Aging can result in many physical changes. You may have noticed you’re not as strong as you once were, your endurance has greatly reduced, and overall, you just feel weaker. Although it’s normal to lose muscle as we get older, a new study suggests that alcohol—more specifically, heavy drinking—could be speeding up this process, especially among senior women.
For women, in particular, muscle and bone loss occurs during menopause, but if you are a female who enjoys drinking, this process may speed up.
Generally, muscle loss in seniors begins at midlife, with a six percent drop in muscle per decade. So, by the time you’re 80, you’re left with three-quarters of your muscle mass left.
Loss of muscle is a problem among seniors, as it negatively impacts their ability to live an independent life. Even the most basic movement can become a big challenge.
It is estimated that by 2030, the number of seniors (those over the age of 60) is expected the grow by 56 percent, and the ratio of elderly in the world will be one in six.
High alcohol consumption speeds up muscle loss among senior women
The study looked at nearly 2,400 postmenopausal women over the age of 60. Eight percent of those women had sarcopenia (loss of muscle mass and strength). The researchers noted heavy drinkers were at four times greater risk of developing sarcopenia compared to low drinkers.
The researchers defined high-risk drinking as “frequent and significant alcohol use, along with a lack of control over drinking, blackouts, and injuries related to drinking.” These women were more likely to smoke along with having higher blood pressure and cholesterol.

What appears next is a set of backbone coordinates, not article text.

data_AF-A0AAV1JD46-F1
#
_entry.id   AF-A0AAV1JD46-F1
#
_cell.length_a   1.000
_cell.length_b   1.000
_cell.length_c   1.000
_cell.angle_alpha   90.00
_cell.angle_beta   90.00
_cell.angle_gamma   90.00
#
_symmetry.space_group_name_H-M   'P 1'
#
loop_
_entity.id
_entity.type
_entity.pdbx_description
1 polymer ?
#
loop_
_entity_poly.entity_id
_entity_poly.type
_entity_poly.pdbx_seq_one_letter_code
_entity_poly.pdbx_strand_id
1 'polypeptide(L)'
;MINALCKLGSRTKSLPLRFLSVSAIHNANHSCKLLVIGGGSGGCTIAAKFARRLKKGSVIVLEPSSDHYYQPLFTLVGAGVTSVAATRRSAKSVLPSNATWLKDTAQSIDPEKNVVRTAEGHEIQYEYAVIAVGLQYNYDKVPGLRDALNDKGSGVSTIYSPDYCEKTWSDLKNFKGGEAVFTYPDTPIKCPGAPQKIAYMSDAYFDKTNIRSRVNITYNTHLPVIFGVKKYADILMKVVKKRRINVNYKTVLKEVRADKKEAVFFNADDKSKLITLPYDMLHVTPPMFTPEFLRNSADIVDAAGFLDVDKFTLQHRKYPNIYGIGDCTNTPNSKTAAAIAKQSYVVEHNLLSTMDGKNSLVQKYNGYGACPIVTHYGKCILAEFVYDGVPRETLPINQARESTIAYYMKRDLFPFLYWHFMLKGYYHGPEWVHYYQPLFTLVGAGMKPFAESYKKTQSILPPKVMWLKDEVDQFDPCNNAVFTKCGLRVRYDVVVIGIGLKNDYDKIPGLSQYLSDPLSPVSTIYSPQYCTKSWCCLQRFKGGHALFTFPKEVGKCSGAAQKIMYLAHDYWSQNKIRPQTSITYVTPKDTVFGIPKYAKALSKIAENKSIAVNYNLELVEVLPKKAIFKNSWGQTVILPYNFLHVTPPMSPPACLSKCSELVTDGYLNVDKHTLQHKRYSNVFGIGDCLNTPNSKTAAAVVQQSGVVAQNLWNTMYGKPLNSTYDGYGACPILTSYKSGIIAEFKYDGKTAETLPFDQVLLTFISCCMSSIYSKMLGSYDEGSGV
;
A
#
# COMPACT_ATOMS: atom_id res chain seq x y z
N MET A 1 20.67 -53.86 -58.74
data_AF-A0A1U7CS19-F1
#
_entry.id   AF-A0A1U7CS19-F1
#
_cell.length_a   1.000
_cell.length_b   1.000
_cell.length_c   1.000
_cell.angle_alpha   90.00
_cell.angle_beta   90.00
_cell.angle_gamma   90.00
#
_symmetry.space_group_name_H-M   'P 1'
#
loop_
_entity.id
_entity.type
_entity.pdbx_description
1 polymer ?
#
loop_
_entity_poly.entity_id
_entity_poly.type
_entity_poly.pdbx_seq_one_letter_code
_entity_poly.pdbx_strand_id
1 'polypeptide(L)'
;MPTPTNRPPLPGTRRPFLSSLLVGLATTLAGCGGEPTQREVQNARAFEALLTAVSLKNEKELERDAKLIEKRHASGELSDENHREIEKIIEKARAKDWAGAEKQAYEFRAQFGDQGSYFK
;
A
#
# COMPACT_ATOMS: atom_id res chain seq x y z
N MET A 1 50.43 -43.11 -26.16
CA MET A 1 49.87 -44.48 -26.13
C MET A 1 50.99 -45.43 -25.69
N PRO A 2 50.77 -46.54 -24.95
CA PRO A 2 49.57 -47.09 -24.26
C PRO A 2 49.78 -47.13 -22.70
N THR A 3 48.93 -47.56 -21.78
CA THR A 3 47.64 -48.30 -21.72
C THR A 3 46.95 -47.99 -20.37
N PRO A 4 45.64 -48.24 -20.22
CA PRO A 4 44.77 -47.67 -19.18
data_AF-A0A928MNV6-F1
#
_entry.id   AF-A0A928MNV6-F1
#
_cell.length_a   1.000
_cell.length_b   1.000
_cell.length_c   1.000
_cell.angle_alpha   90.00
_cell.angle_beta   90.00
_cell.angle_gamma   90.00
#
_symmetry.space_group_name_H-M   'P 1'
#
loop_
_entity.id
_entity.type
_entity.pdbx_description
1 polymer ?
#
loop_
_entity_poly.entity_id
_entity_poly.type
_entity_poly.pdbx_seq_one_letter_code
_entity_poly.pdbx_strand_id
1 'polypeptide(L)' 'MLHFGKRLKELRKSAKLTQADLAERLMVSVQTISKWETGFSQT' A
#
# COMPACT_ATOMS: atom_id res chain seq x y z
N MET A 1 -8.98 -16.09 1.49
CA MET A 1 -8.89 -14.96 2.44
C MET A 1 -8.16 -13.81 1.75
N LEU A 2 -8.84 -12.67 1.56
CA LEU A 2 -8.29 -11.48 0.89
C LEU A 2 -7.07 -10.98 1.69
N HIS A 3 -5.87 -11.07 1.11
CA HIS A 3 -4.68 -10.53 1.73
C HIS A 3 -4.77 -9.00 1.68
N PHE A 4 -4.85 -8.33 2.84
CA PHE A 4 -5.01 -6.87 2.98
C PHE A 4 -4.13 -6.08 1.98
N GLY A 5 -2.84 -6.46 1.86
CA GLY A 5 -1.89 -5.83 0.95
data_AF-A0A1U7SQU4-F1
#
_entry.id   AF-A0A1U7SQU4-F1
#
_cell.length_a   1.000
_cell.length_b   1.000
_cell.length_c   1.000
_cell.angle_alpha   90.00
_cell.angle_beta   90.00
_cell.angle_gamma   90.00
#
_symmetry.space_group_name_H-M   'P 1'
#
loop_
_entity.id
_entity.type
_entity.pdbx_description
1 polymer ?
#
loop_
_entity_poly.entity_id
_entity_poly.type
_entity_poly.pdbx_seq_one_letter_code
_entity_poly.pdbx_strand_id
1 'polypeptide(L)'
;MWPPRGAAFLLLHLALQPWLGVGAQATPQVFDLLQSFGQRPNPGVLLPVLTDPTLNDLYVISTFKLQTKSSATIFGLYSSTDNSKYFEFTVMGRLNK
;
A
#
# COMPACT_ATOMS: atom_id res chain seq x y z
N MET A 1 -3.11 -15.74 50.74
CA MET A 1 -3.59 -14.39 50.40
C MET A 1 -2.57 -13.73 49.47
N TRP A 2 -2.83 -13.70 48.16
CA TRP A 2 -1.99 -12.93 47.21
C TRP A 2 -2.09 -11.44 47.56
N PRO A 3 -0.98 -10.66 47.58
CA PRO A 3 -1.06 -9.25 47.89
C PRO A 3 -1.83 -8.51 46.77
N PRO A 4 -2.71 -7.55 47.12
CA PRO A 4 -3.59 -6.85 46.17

JoAnn Pinkerton, executive director of the North American Menopause Society (NAMS), who was not involved in the study, said, “With this study suggesting that more muscle loss leads to sarcopenia and other studies suggesting that even one drink of alcohol may increase the risk of breast cancer, postmenopausal women should limit their alcohol intake.”
Recommended alcohol intake
The effects of heavy drinking span are greater than just muscle loss—which is still a very severe health problem. Heavy drinking can contribute to weight gain, heart problems, and above all, liver problems that can become deadly.
The effects of alcohol can be experienced immediately, as it begins with the nervous system causing you to feel “tipsy” or dizzy. Then your vision becomes blurred, your speech slurred, and your ability to function as you continue to drink drastically diminishes.
Overtime, binge-drinking can have lasting health problems, many of which are irreversible.
A standard drink is defined as 14 grams (six ounces) of pure alcohol. If you aren’t the type of person to measure your alcohol, this is what this breaks down to:
- 12 ounces of beer (5% alcohol content)
- 8 ounces of malt liquor (7% alcohol content)
- 5 ounces of wine (12% alcohol content)
- 1.5 ounces or a “shot” of 80-proof (40% alcohol content) distilled spirits or liquor (e.g., gin, rum, vodka, whiskey)
It is recommended that men and women should not exceed 14 alcoholic beverages a week, but really, going nights without drinking would be much better for your body and health overall. If you are out and about where there is plenty of alcohol, try and resist temptation and keep yourself in check. Furthermore, alternate alcoholic beverages with water to ensure you stay well hydrated.